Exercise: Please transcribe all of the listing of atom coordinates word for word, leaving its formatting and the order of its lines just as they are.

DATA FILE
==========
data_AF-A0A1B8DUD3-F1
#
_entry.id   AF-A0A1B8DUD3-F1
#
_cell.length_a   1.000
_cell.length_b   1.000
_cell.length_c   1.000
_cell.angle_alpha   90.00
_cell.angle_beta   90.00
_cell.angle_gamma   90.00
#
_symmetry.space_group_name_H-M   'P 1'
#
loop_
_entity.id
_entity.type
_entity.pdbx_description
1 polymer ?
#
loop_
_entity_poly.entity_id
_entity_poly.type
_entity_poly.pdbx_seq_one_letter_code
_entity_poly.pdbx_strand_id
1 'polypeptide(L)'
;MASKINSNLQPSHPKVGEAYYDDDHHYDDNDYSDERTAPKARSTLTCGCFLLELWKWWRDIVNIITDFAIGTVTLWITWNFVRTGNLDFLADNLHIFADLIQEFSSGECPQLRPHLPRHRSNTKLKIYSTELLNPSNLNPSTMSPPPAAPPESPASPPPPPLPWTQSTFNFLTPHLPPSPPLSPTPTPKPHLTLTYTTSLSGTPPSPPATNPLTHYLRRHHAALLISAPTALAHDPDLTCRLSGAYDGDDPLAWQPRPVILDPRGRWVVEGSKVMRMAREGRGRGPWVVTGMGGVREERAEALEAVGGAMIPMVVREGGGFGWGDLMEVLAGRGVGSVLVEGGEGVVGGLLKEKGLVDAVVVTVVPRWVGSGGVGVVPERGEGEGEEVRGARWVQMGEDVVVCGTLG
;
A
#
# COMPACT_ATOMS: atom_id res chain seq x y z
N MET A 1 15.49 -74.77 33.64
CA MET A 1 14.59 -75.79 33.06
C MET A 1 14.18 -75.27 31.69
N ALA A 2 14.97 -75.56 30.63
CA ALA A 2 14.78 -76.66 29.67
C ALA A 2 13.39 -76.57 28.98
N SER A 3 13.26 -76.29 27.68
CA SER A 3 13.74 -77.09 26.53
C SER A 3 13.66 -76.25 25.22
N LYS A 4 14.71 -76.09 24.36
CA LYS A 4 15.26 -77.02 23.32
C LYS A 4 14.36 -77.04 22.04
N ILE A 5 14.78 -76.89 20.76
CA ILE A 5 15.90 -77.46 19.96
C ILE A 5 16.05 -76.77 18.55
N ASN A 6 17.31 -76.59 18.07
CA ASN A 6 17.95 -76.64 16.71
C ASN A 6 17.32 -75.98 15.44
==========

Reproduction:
data_AF-A0A1B8DUD3-F1
#
_entry.id   AF-A0A1B8DUD3-F1
#
_cell.length_a   1.000
_cell.length_b   1.000
_cell.length_c   1.000
_cell.angle_alpha   90.00
_cell.angle_beta   90.00
_cell.angle_gamma   90.00
#
_symmetry.space_group_name_H-M   'P 1'
#
loop_
_entity.id
_entity.type
_entity.pdbx_description
1 polymer ?
#
loop_
_entity_poly.entity_id
_entity_poly.type
_entity_poly.pdbx_seq_one_letter_code
_entity_poly.pdbx_strand_id
1 'polypeptide(L)'
;MASKINSNLQPSHPKVGEAYYDDDHHYDDNDYSDERTAPKARSTLTCGCFLLELWKWWRDIVNIITDFAIGTVTLWITWNFVRTGNLDFLADNLHIFADLIQEFSSGECPQLRPHLPRHRSNTKLKIYSTELLNPSNLNPSTMSPPPAAPPESPASPPPPPLPWTQSTFNFLTPHLPPSPPLSPTPTPKPHLTLTYTTSLSGTPPSPPATNPLTHYLRRHHAALLISAPTALAHDPDLTCRLSGAYDGDDPLAWQPRPVILDPRGRWVVEGSKVMRMAREGRGRGPWVVTGMGGVREERAEALEAVGGAMIPMVVREGGGFGWGDLMEVLAGRGVGSVLVEGGEGVVGGLLKEKGLVDAVVVTVVPRWVGSGGVGVVPERGEGEGEEVRGARWVQMGEDVVVCGTLG
;
A
#
# COMPACT_ATOMS: atom_id res chain seq x y z
N MET A 1 15.49 -74.77 33.64
CA MET A 1 14.59 -75.79 33.06
C MET A 1 14.18 -75.27 31.69
N ALA A 2 14.97 -75.56 30.63
CA ALA A 2 14.78 -76.66 29.67
C ALA A 2 13.39 -76.57 28.98
N SER A 3 13.26 -76.29 27.68
CA SER A 3 13.74 -77.09 26.53
C SER A 3 13.66 -76.25 25.22
N LYS A 4 14.71 -76.09 24.36
CA LYS A 4 15.26 -77.02 23.32
C LYS A 4 14.36 -77.04 22.04
N ILE A 5 14.78 -76.89 20.76
CA ILE A 5 15.90 -77.46 19.96
C ILE A 5 16.05 -76.77 18.55
N ASN A 6 17.31 -76.59 18.07
CA ASN A 6 17.95 -76.64 16.71
C ASN A 6 17.32 -75.98 15.44